UK no deal plan for expatriates leaves questions unanswered

The British government has finally clarified how it intends to guarantee the status of EU nationals in the UK and support British residents in the EU, should the country leave the European Union without a deal. The long-awaited paper was published last week amid uncertainty over the approval of the Brexit deal. But civil rights groups, lawyers and EU experts have criticised the plan, saying that it waters down existing rights and leaves too many questions unanswered.

“Settled status” confirmed

Most of the current rights would be guaranteed with the ratification of the draft withdrawal agreement negotiated by the UK and the EU. But uncertainty remains on what would happen if the Brexit deal fell through.

In its paper, the government maintained some of its earlier promises. In particular, it committed to run the settled status scheme, which has been designed to replace the EU’s permanent residence system. It also confirmed that the main requirement to obtain settled status will be residence in the UK by the Brexit date. 

The paper says that people with settled status will have access to benefits, healthcare, social security and education as they do now, without discrimination.

Professional qualifications obtained before Brexit will continue to be recognised. Also confirmed, the possibility to leave the country for five years without losing the right to return under the same terms.

In addition, EU nationals will maintain the right to vote in May 2019 local elections, although it is not clear what will happen afterwards. 

Not all right will be guaranteed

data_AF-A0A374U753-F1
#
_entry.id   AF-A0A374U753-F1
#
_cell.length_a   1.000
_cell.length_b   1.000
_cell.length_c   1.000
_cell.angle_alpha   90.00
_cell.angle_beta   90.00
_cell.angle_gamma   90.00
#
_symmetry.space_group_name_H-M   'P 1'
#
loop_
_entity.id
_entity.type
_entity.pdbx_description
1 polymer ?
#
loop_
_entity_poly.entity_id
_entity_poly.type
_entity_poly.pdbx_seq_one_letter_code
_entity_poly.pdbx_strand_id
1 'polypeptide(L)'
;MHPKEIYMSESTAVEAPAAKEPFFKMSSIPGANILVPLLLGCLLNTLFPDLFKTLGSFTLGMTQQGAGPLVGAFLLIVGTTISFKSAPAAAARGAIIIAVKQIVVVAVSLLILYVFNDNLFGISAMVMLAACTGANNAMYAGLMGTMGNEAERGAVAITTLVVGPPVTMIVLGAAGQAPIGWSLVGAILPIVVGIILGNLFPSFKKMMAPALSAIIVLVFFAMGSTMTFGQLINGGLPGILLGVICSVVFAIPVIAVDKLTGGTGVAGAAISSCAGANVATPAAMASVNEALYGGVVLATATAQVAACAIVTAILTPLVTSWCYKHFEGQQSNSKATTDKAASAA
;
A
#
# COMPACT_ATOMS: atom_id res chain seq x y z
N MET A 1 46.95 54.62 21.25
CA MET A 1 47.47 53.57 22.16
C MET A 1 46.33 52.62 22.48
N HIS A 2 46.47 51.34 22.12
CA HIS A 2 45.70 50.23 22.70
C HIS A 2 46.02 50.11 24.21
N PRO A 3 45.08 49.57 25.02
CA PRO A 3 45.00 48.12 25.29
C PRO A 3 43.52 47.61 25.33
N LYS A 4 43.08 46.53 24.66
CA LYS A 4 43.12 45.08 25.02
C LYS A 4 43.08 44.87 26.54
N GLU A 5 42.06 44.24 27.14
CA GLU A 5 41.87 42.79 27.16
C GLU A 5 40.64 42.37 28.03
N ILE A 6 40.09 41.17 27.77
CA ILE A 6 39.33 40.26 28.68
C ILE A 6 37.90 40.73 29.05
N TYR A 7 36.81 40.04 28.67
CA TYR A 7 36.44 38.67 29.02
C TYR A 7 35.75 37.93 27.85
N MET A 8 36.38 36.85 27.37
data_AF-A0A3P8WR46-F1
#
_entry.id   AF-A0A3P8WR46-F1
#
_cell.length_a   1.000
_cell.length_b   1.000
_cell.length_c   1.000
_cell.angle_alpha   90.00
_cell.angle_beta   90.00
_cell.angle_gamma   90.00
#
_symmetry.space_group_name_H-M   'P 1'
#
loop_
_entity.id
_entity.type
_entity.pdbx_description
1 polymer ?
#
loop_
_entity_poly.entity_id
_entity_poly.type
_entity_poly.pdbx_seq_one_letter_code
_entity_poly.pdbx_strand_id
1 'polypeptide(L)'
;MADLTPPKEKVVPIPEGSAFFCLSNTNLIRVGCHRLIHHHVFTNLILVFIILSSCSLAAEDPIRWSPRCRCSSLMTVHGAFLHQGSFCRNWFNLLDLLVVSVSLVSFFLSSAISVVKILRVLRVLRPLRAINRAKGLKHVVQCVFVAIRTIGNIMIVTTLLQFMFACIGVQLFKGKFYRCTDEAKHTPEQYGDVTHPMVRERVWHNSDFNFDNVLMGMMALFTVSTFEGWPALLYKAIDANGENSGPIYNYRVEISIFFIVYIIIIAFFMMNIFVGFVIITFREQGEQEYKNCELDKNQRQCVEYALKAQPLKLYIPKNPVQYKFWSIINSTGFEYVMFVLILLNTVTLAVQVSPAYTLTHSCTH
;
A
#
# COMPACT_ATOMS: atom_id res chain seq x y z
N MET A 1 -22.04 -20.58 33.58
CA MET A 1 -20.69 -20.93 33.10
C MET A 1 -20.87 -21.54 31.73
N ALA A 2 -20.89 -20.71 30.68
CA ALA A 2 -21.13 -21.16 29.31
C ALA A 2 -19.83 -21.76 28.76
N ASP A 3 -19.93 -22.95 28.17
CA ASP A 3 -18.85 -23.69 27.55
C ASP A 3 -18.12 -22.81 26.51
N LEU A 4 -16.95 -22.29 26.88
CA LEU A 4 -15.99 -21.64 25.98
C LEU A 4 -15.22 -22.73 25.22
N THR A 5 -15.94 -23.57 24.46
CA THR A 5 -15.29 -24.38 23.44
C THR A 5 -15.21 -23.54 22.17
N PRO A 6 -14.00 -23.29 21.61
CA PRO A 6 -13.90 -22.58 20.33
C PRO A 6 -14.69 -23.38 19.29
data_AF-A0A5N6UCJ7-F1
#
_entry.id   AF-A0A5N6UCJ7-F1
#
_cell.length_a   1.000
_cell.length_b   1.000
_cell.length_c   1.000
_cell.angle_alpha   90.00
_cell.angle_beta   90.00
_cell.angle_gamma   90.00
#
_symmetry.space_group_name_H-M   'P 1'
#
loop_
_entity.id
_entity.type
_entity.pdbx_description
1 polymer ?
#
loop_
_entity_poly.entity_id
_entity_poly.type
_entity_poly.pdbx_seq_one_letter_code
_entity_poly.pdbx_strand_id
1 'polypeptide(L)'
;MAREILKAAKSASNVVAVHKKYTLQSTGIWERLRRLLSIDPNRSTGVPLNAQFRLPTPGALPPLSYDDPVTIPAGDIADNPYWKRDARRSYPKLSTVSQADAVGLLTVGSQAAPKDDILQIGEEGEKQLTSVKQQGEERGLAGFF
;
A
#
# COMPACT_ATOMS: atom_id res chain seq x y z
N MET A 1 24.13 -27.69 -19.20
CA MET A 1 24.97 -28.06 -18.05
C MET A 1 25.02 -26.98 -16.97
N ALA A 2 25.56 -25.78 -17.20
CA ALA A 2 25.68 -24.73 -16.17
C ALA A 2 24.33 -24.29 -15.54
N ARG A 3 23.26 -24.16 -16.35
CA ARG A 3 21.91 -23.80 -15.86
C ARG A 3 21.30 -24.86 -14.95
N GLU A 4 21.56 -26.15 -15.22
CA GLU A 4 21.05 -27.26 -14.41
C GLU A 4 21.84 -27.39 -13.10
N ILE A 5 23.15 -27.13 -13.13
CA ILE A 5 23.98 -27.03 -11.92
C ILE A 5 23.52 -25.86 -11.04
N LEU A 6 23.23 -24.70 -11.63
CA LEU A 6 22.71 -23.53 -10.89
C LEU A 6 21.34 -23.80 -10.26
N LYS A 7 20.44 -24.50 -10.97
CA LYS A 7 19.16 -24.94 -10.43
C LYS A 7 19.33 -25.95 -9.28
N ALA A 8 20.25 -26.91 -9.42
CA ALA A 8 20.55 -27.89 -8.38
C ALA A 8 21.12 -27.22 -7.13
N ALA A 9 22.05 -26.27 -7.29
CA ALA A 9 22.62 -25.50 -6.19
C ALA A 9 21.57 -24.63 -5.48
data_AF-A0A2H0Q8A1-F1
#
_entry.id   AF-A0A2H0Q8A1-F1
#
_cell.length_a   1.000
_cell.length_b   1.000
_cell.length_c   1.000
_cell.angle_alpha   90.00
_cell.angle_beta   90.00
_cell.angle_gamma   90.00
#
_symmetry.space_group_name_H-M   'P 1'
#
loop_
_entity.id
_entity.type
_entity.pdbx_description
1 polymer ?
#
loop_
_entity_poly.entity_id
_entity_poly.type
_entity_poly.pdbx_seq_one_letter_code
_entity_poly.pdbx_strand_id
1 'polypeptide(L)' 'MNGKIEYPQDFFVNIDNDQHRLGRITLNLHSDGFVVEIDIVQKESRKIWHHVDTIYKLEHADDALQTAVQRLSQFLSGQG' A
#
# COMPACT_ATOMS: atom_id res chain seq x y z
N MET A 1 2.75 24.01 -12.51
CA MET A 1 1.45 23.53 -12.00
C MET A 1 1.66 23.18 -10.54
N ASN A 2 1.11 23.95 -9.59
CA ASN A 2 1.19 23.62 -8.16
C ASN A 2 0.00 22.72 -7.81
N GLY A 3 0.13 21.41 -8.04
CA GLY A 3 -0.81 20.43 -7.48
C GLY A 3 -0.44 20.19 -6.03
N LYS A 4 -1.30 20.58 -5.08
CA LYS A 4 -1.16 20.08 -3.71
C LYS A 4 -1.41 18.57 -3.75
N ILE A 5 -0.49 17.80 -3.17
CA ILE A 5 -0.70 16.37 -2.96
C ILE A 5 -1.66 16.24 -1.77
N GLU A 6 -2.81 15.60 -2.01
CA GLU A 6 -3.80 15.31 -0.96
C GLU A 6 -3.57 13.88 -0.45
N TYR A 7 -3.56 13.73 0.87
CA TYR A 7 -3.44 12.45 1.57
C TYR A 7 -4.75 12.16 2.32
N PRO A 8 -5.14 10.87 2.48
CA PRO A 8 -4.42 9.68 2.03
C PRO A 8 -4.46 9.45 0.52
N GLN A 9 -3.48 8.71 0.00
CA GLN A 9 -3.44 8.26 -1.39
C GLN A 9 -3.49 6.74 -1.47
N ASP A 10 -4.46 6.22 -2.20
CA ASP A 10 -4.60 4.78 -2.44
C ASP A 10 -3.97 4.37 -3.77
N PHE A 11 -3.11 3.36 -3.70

Not all rights secured by the withdrawal agreement, however, have been guaranteed.

To begin with, all planned deadlines have been brought forward, with consequences for the effectiveness of the settled status scheme.

Only EU nationals who reside in the UK by 29 March 2019 will be eligible for settled status, while the cut-off date in the Brexit deal is 30 December 2020. In practice, as the online system to receive settled status applications will be fully operational only from 30 March 2019, employers, house owners and service providers will not be able to differentiate EU citizens with the right to stay in the UK and the newly arrived, with inevitable risks of discrimination.

The deadline to apply for settled status is also brought forward to 31 December 2020, instead of 30 June 2021, reducing the time available to inform all those who need to register.

As regards family members, EU citizens with settled status will be able to be joined in the UK by children, spouses and partners, parents and grandparents if the relationship existed by 29 March 2019 (instead of 31 December 2020). But while in the withdrawal agreement this right is permanent, the British government set 29 March 2022 as deadline for family reunions. After that date, tougher UK immigration rules will apply.

If a settled status application is rejected, the right of appeal is also reduced and there will be no chance of preliminary reference to the European Court of Justice. No mention either of the independent authority that was meant to receive complaints, conduct inquiries or bring legal actions on behalf of EU nationals in case something goes wrong. And it will be easier to deport EU citizens for crimes committed after Brexit.